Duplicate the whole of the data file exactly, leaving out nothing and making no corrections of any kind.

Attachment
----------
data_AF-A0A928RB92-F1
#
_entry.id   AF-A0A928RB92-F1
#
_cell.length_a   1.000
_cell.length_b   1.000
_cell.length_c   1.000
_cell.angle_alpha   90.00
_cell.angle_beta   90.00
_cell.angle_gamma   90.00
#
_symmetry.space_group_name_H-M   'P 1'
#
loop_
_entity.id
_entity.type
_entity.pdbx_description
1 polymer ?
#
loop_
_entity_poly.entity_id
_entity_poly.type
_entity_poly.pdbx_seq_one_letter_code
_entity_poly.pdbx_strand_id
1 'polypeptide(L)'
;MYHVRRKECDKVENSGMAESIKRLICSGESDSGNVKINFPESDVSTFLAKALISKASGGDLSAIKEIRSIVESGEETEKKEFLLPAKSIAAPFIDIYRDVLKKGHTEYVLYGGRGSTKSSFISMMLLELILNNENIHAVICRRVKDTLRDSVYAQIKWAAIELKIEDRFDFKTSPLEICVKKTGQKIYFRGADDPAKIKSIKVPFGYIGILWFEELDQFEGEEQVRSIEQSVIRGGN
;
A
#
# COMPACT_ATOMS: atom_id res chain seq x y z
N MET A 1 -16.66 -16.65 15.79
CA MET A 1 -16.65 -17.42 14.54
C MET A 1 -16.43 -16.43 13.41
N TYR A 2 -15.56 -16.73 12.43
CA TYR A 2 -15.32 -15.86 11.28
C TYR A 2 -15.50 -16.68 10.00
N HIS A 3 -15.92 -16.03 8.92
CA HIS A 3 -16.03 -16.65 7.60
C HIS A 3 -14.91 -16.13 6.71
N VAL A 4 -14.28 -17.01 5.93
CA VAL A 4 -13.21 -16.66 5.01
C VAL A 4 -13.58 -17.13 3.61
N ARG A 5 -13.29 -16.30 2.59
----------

data_AF-A0A928RB92-F1
#
_entry.id   AF-A0A928RB92-F1
#
_cell.length_a   1.000
_cell.length_b   1.000
_cell.length_c   1.000
_cell.angle_alpha   90.00
_cell.angle_beta   90.00
_cell.angle_gamma   90.00
#
_symmetry.space_group_name_H-M   'P 1'
#
loop_
_entity.id
_entity.type
_entity.pdbx_description
1 polymer ?
#
loop_
_entity_poly.entity_id
_entity_poly.type
_entity_poly.pdbx_seq_one_letter_code
_entity_poly.pdbx_strand_id
1 'polypeptide(L)'
;MYHVRRKECDKVENSGMAESIKRLICSGESDSGNVKINFPESDVSTFLAKALISKASGGDLSAIKEIRSIVESGEETEKKEFLLPAKSIAAPFIDIYRDVLKKGHTEYVLYGGRGSTKSSFISMMLLELILNNENIHAVICRRVKDTLRDSVYAQIKWAAIELKIEDRFDFKTSPLEICVKKTGQKIYFRGADDPAKIKSIKVPFGYIGILWFEELDQFEGEEQVRSIEQSVIRGGN
;
A
#
# COMPACT_ATOMS: atom_id res chain seq x y z
N MET A 1 -16.66 -16.65 15.79
CA MET A 1 -16.65 -17.42 14.54
C MET A 1 -16.43 -16.43 13.41
N TYR A 2 -15.56 -16.73 12.43
CA TYR A 2 -15.32 -15.86 11.28
C TYR A 2 -15.50 -16.68 10.00
N HIS A 3 -15.92 -16.03 8.92
CA HIS A 3 -16.03 -16.65 7.60
C HIS A 3 -14.91 -16.13 6.71
N VAL A 4 -14.28 -17.01 5.93
CA VAL A 4 -13.21 -16.66 5.01
C VAL A 4 -13.58 -17.13 3.61
N ARG A 5 -13.29 -16.30 2.59